JANUARY MIX by Justin Taylor
I had a lot of ideas about how to approach this project — none of them very good. I thought about a “winter” mix, but this has been an eerily easy winter, at least in Brooklyn. (Last week, at my girlfriend’s parents’ home in the Florida panhandle, we watched live local news coverage of a tornado as it formed over a nearby Alabama town and then ripped through it.) I thought about trying to relate my mix to my short story “A Talking Cure” [available next week at Recommended Reading] but music doesn’t play a role in that story so I felt like anything I’d come up with would be a stretch. I decided, finally, to make the case for the longer song (9 to 16 minutes, say) which is a form I like a lot and that I believe — perhaps incorrectly — most people don’t like nearly as much as I do.
I picked out five songs in a variety of styles with a collective running time of just about an hour and was satisfied, though also nervous. A novel may wait an age to find its true readership, but the Grooveshark playlist longs to be played now. So I broke down and threw in some shorter songs as breathers between the longer songs. The shorter songs have nothing in common except for the fact that I love them. The result is a potpourri, though I realize as I’m writing this that, formally, the playlist adheres to the same basic structure as the interval training I’ve been doing at the Y. Those of you in the Park Slope area may be interested to know that new members are entitled to four consultations with a “personal coach” and that registration fees are waived through February 4th. I didn’t have an appointment with my coach today, but he happened to be out on the floor when I was there earlier, and seemed pleased to find me engaged in executing the routine he had designed for me. I should or should not mention that he is twenty-four years old. I hope you enjoy these songs.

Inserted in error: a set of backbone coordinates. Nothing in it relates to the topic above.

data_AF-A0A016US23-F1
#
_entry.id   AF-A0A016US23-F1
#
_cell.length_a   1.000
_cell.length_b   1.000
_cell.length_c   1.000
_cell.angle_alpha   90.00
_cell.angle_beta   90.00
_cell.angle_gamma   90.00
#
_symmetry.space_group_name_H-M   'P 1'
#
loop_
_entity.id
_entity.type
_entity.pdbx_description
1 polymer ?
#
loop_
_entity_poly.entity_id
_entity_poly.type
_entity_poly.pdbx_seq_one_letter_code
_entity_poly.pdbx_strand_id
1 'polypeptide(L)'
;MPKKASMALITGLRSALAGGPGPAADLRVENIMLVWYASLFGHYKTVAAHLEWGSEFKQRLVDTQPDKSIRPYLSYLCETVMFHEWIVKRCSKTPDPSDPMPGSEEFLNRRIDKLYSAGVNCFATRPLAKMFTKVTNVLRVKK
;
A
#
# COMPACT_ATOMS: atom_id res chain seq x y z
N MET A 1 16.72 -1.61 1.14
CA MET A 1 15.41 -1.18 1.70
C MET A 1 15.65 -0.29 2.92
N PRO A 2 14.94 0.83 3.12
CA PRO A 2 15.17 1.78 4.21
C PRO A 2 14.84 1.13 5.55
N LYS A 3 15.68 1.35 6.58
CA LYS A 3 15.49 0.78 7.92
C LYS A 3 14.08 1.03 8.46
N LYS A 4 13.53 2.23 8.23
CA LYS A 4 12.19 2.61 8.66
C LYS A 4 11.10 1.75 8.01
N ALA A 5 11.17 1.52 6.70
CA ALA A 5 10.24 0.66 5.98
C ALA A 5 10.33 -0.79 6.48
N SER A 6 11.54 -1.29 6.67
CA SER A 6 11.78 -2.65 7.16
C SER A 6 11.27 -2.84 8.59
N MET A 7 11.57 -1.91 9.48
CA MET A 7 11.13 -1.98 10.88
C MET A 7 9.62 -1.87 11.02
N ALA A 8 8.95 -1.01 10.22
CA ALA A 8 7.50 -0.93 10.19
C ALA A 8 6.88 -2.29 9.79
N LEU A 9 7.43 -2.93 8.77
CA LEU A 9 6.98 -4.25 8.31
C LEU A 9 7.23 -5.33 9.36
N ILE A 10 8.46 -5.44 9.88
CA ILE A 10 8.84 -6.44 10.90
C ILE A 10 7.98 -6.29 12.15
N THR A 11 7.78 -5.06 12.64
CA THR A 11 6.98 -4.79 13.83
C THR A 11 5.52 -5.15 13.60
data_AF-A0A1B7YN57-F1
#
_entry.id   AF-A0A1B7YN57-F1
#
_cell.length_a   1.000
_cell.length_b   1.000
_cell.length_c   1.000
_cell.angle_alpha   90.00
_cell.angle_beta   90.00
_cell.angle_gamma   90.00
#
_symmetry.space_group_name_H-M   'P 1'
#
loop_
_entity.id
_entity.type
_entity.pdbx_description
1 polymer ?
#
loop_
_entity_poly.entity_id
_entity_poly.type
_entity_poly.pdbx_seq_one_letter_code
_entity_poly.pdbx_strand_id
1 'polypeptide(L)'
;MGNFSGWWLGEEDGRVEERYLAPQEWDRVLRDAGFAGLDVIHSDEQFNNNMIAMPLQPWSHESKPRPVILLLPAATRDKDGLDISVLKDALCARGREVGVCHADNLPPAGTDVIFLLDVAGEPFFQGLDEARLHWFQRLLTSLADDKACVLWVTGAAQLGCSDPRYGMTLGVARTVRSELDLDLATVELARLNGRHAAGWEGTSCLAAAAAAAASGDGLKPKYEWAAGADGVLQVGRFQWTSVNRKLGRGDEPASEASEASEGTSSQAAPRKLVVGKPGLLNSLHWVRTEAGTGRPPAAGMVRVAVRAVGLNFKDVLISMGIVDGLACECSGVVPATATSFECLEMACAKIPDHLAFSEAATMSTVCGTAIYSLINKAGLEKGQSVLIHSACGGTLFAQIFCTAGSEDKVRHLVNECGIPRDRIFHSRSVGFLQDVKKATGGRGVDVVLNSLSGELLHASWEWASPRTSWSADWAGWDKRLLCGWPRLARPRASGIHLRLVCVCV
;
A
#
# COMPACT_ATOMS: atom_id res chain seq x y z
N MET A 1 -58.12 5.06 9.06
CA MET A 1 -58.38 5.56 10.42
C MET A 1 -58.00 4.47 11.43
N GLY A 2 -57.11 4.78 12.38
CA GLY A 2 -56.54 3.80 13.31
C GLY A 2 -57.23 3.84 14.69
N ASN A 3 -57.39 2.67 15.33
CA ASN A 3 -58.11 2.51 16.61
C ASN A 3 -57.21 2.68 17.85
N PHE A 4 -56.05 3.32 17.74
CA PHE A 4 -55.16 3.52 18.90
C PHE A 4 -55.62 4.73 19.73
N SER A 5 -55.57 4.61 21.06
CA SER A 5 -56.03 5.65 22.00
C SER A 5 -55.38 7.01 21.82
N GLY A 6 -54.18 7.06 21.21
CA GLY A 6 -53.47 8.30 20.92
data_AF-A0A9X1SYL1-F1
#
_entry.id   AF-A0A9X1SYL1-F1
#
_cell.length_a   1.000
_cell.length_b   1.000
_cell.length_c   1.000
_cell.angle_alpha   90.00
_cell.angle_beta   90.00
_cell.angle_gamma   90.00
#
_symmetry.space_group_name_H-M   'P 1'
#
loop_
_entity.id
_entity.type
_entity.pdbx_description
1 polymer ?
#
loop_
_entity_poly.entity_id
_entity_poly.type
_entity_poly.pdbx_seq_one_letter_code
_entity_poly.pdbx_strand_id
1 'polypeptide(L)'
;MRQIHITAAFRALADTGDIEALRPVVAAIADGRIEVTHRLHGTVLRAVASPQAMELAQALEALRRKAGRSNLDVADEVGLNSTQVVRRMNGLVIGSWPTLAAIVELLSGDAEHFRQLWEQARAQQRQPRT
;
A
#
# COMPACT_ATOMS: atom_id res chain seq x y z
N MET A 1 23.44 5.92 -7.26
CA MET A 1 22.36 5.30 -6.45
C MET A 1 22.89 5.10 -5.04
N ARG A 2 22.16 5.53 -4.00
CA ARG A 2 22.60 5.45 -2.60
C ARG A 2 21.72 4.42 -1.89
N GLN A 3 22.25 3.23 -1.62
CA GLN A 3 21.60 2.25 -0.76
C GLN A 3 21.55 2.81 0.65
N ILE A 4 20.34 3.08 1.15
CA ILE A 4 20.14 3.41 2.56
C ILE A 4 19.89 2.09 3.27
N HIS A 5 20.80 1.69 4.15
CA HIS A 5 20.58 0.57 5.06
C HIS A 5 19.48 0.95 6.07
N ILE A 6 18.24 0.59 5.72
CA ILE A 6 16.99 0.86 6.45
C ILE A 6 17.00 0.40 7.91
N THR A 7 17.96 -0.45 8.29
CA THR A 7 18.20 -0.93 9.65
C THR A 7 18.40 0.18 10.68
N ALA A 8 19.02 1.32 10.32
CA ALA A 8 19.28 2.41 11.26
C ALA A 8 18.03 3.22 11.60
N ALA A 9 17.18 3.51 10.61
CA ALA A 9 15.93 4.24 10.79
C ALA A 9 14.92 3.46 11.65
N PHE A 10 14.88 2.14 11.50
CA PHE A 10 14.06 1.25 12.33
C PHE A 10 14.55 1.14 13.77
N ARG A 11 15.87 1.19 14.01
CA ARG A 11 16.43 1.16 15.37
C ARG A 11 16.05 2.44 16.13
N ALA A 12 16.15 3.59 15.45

1. “Let It Rock” — Jerry Garcia Band, The Jerry Garcia Collection Vol 2: Let It Rock
A smoldering take on a two-minute Chuck Berry toe-tapper. This recording, from 1975, captures Garcia at a moment when the Grateful Dead were on hiatus — temporarily, as it turned out, but for all anyone knew at the time they might have been done for good. So if you’re interested in the biographical aspect, just imagine being him and having that in the back of your mind. Anyway, I love Garcia’s jazzman instinct for taking tight little pop songs and stretching them out into spacious, even cavernous environments, possessed of their own weather, suffused in their own mood. This version of this song, to me, is all about lazy energy, force gathered but unspent, a lion at rest on a rock in the sun, one eye open, half awake.
2. “O My Stars” — Michael Hurley, Snockgrass
An old freak-folkie I discovered when I was watching Deadwood and got obsessed with a song called “Hog of the Forsaken” that played over the closing credits of one episode and it turned out to be his. I bought the whole album that the song appeared on (Long Journey) but then it turned out he’d recorded different versions of “Hog of the Forsaken” on three or four albums over the years, and I’d actually bought the wrong one, so I bought all the others, too, and by the time I figured out which one was the “right” one I was a fan. “Hog” isn’t the only song he has recorded on multiple records. Re-recording is kind of a thing with him, which I have to say didn’t hurt in terms of getting me into him. I own two versions of “O My Stars” but not this one; I just found it on Grooveshark and thought it was pretty. My friend Mathias says this is his favorite love song — over Facebook, granted, but I think he really meant it.
3. “Nothing But Heart” — Low, C’mon
I think Low is making the best music of their career right now. Drums and Guns, The Great Destroyer, C’mon. Each record has been more powerful than the last. They just hypnotize me. I’m almost scared to listen to the new one, The Invisible Way, which comes out I think in March. This song is from near the end of C’mon.